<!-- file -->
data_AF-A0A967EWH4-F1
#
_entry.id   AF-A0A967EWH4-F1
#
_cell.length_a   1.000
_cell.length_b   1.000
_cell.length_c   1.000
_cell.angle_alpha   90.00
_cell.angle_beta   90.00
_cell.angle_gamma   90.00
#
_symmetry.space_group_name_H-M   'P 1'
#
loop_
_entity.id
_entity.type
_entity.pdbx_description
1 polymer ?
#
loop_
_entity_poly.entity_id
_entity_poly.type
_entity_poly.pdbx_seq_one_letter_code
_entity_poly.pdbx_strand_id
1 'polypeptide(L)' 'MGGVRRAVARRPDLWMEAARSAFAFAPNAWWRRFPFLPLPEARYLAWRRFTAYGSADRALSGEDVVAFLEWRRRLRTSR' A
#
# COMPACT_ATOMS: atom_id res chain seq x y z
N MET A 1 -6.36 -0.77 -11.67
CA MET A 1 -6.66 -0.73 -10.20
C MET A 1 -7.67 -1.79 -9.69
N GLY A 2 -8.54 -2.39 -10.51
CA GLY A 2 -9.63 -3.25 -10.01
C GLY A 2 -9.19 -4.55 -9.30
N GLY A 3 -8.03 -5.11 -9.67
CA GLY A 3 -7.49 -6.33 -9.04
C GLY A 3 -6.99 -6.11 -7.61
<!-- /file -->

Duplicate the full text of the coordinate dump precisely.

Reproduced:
data_AF-A0A967EWH4-F1
#
_entry.id   AF-A0A967EWH4-F1
#
_cell.length_a   1.000
_cell.length_b   1.000
_cell.length_c   1.000
_cell.angle_alpha   90.00
_cell.angle_beta   90.00
_cell.angle_gamma   90.00
#
_symmetry.space_group_name_H-M   'P 1'
#
loop_
_entity.id
_entity.type
_entity.pdbx_description
1 polymer ?
#
loop_
_entity_poly.entity_id
_entity_poly.type
_entity_poly.pdbx_seq_one_letter_code
_entity_poly.pdbx_strand_id
1 'polypeptide(L)' 'MGGVRRAVARRPDLWMEAARSAFAFAPNAWWRRFPFLPLPEARYLAWRRFTAYGSADRALSGEDVVAFLEWRRRLRTSR' A
#
# COMPACT_ATOMS: atom_id res chain seq x y z
N MET A 1 -6.36 -0.77 -11.67
CA MET A 1 -6.66 -0.73 -10.20
C MET A 1 -7.67 -1.79 -9.69
N GLY A 2 -8.54 -2.39 -10.51
CA GLY A 2 -9.63 -3.25 -10.01
C GLY A 2 -9.19 -4.55 -9.30
N GLY A 3 -8.03 -5.11 -9.67
CA GLY A 3 -7.49 -6.33 -9.04
C GLY A 3 -6.99 -6.11 -7.61